EXAMINING THE ASSOCIATION BETWEEN ELECTRODERMAL ACTIVITY AND PROBLEM BEHAVIOR IN SEVERE AUTISM SPECTRUM DISORDER: A FEASIBILITY STUDY
Background: Many individuals with autism spectrum disorder (ASD) engage in problem behavior, presenting significant challenges for those providing care and services for this population. Psychophysiological measures of arousal, such as electrodermal activity (EDA), may provide an early indication of subsequent problem behavior. However, variability in EDA patterns associated with behaviors may limit this predictive ability.
Methods: EDA data was sampled from eight individuals with severe ASD in a naturalistic setting, while participating in educational programming in a school setting at a residential facility for severely affected individuals with developmental disabilities, to examine variability in EDA patterns.
Results: An anticipatory rise in EDA only occurred 60% of the time prior to the problem behavior. Additionally, EDA after a problem behavior returned to median baseline levels only 45% of the time.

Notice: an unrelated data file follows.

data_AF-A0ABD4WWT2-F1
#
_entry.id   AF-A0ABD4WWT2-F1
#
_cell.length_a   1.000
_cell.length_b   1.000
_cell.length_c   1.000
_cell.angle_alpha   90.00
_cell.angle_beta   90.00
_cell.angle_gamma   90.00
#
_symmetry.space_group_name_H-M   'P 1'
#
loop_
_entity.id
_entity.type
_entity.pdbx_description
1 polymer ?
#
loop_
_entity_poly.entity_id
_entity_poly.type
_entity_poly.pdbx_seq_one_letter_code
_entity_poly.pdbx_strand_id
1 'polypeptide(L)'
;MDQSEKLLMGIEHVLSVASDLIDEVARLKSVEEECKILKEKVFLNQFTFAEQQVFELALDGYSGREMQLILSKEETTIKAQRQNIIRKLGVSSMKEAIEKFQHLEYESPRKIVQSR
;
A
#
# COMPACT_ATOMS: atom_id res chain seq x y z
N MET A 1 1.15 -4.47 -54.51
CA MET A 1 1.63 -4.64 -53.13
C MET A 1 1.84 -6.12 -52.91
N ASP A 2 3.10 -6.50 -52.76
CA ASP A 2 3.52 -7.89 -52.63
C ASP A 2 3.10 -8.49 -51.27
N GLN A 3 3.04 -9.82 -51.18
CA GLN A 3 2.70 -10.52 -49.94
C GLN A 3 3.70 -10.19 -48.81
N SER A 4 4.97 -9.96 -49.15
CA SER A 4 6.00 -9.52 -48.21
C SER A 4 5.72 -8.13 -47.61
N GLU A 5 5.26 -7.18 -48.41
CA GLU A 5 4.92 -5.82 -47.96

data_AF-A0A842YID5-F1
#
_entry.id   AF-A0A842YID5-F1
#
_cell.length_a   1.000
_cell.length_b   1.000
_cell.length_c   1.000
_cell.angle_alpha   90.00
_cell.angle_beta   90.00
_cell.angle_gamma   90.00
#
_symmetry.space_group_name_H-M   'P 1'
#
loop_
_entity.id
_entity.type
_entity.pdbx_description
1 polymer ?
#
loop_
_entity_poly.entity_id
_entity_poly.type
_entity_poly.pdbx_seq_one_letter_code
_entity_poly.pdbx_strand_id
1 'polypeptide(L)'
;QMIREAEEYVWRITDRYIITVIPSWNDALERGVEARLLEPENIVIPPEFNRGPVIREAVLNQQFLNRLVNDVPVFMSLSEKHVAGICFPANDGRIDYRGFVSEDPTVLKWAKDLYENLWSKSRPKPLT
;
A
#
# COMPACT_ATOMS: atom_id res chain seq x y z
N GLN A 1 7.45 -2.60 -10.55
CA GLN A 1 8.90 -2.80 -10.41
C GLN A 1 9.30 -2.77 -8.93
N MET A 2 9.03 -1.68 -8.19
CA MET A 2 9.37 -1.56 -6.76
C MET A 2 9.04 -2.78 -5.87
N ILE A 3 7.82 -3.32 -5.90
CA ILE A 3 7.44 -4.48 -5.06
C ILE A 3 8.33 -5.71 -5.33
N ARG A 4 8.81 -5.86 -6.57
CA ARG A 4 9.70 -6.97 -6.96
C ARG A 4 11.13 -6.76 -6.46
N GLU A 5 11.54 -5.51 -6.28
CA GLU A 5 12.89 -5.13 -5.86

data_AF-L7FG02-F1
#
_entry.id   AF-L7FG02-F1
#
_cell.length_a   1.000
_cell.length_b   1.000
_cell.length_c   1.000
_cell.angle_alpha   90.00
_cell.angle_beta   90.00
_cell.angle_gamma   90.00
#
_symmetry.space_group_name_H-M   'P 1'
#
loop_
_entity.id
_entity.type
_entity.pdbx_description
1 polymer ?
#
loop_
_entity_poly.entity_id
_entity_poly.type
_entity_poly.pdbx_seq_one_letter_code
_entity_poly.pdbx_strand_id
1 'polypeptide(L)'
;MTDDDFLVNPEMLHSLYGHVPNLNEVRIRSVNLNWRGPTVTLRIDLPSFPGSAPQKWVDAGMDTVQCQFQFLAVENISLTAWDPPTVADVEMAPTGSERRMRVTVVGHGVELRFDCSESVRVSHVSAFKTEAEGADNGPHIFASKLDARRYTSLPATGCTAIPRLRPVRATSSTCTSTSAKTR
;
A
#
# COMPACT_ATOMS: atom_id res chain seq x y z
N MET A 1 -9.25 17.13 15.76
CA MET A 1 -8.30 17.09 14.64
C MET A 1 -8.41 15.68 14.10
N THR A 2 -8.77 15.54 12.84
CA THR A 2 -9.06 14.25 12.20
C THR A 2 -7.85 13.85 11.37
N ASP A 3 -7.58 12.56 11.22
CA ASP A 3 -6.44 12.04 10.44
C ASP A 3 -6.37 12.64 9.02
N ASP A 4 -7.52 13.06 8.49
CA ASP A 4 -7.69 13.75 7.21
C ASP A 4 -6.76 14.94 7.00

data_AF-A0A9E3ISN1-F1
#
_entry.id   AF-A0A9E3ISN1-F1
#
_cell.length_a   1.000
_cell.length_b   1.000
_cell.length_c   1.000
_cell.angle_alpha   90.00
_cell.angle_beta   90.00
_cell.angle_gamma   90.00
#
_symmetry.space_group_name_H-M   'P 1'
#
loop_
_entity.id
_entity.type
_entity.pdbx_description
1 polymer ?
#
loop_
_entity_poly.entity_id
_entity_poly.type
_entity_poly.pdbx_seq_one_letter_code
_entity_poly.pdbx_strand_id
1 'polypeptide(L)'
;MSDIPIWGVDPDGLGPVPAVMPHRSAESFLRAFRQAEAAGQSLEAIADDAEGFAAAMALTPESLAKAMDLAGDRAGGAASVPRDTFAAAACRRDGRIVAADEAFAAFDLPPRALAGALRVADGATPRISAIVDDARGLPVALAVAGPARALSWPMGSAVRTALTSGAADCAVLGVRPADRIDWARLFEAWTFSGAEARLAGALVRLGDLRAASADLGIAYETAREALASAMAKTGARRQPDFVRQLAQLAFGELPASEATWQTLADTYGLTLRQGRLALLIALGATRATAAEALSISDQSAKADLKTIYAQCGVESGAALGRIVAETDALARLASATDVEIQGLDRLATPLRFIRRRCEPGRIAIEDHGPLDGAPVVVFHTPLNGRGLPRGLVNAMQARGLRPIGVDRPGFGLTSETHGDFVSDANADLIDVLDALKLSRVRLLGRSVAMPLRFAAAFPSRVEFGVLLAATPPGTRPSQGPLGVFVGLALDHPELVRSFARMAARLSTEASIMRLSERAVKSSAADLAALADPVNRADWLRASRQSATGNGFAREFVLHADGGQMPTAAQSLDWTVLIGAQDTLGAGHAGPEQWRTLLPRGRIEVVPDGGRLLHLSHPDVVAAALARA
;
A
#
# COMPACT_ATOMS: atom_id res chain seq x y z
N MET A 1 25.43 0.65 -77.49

Conclusions: Heterogeneity of EDA responses in those with the most severe forms of ASD will be an important consideration in future studies utilizing psychophysiological tools such as EDA to anticipate problem behavior, including the need for monitoring of return to baseline after problem behaviors. Incorporation of this consideration may lead to greater reliability of these approaches to help anticipate and manage problem behaviors.